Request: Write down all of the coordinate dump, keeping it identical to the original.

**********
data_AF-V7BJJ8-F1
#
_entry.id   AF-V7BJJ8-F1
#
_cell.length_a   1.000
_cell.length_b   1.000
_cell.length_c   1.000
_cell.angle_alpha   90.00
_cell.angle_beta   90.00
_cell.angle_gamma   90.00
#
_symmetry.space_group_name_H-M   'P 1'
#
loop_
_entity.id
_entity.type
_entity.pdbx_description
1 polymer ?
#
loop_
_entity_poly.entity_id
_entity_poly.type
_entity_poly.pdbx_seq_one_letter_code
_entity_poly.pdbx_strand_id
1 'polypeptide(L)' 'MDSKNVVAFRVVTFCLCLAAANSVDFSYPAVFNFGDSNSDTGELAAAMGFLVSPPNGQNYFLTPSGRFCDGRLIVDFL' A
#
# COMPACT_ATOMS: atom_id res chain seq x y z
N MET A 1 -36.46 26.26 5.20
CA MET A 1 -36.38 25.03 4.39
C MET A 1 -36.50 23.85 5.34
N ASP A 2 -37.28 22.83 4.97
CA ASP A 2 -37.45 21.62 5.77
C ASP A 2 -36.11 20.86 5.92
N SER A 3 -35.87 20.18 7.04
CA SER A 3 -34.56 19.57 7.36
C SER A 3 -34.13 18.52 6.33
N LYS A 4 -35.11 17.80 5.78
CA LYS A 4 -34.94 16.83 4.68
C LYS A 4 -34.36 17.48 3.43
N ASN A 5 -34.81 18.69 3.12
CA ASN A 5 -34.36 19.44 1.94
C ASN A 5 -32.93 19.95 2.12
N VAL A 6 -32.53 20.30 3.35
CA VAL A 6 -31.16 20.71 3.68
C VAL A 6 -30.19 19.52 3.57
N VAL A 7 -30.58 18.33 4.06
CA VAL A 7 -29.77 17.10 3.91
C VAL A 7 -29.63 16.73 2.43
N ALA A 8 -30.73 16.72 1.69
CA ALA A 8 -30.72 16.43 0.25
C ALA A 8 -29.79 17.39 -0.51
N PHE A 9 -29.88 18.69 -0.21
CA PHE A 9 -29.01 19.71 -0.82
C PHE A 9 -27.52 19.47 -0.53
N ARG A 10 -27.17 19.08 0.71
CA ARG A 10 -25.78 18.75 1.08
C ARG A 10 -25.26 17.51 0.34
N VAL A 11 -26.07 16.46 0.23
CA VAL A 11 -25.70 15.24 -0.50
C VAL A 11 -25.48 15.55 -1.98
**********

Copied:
data_AF-V7BJJ8-F1
#
_entry.id   AF-V7BJJ8-F1
#
_cell.length_a   1.000
_cell.length_b   1.000
_cell.length_c   1.000
_cell.angle_alpha   90.00
_cell.angle_beta   90.00
_cell.angle_gamma   90.00
#
_symmetry.space_group_name_H-M   'P 1'
#
loop_
_entity.id
_entity.type
_entity.pdbx_description
1 polymer ?
#
loop_
_entity_poly.entity_id
_entity_poly.type
_entity_poly.pdbx_seq_one_letter_code
_entity_poly.pdbx_strand_id
1 'polypeptide(L)' 'MDSKNVVAFRVVTFCLCLAAANSVDFSYPAVFNFGDSNSDTGELAAAMGFLVSPPNGQNYFLTPSGRFCDGRLIVDFL' A
#
# COMPACT_ATOMS: atom_id res chain seq x y z
N MET A 1 -36.46 26.26 5.20
CA MET A 1 -36.38 25.03 4.39
C MET A 1 -36.50 23.85 5.34
N ASP A 2 -37.28 22.83 4.97
CA ASP A 2 -37.45 21.62 5.77
C ASP A 2 -36.11 20.86 5.92
N SER A 3 -35.87 20.18 7.04
CA SER A 3 -34.56 19.57 7.36
C SER A 3 -34.13 18.52 6.33
N LYS A 4 -35.11 17.80 5.78
CA LYS A 4 -34.94 16.83 4.68
C LYS A 4 -34.36 17.48 3.43
N ASN A 5 -34.81 18.69 3.12
CA ASN A 5 -34.36 19.44 1.94
C ASN A 5 -32.93 19.95 2.12
N VAL A 6 -32.53 20.30 3.35
CA VAL A 6 -31.16 20.71 3.68
C VAL A 6 -30.19 19.52 3.57
N VAL A 7 -30.58 18.33 4.06
CA VAL A 7 -29.77 17.10 3.91
C VAL A 7 -29.63 16.73 2.43
N ALA A 8 -30.73 16.72 1.69
CA ALA A 8 -30.72 16.43 0.25
C ALA A 8 -29.79 17.39 -0.51
N PHE A 9 -29.88 18.69 -0.21
CA PHE A 9 -29.01 19.71 -0.82
C PHE A 9 -27.52 19.47 -0.53
N ARG A 10 -27.17 19.08 0.71
CA ARG A 10 -25.78 18.75 1.08
C ARG A 10 -25.26 17.51 0.34
N VAL A 11 -26.07 16.46 0.23
CA VAL A 11 -25.70 15.24 -0.50
C VAL A 11 -25.48 15.55 -1.98